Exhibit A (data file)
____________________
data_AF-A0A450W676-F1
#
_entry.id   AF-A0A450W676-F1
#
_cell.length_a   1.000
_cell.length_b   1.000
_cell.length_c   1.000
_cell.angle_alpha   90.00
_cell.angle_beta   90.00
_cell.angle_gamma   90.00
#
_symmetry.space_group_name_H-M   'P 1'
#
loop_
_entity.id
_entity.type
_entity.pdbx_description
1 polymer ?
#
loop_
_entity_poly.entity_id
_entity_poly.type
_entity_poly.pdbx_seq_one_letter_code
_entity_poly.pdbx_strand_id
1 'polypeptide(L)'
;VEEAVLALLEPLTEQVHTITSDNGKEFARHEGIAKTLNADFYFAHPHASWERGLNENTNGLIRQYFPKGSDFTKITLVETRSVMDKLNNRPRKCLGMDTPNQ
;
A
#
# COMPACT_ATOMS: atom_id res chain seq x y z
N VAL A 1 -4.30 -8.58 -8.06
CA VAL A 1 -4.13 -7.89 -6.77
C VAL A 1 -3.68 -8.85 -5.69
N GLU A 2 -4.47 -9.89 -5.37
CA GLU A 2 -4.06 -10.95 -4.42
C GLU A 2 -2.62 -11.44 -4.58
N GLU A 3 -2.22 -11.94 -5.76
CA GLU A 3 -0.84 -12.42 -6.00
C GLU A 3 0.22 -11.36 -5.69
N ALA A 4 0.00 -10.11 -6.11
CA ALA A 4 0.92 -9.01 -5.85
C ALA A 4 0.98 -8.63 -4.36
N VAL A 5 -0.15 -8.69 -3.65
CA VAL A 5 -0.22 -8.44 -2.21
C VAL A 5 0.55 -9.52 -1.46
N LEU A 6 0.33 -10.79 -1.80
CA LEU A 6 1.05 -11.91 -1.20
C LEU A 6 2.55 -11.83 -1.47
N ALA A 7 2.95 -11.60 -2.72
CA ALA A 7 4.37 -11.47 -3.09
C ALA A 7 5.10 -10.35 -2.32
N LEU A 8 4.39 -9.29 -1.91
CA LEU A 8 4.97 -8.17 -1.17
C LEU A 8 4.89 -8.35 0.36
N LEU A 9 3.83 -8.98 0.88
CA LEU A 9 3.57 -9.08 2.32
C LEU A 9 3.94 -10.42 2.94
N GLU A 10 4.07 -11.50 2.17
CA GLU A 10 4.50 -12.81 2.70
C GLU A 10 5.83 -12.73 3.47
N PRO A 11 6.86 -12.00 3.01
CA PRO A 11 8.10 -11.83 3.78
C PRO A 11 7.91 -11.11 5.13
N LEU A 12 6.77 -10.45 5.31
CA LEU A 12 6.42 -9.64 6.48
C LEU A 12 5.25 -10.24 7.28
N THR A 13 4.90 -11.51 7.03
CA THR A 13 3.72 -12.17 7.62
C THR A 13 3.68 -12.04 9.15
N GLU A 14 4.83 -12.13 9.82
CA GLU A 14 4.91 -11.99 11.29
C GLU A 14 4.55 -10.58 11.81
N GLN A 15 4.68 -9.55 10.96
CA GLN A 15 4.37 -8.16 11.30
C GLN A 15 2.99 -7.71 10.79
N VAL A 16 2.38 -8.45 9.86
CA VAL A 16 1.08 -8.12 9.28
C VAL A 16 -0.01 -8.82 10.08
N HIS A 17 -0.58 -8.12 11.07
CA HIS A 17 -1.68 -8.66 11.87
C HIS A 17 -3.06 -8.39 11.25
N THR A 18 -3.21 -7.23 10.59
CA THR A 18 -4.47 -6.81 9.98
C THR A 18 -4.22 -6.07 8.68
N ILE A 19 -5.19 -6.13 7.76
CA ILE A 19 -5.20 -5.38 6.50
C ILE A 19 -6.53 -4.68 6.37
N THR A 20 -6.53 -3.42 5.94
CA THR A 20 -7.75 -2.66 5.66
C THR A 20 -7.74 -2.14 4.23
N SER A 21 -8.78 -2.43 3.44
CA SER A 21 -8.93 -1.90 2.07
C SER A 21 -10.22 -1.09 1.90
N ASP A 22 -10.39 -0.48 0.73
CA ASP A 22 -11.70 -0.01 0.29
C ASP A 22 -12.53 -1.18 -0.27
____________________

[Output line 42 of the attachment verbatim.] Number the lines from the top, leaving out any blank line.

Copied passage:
C ALA A 4 0.98 -8.63 -4.36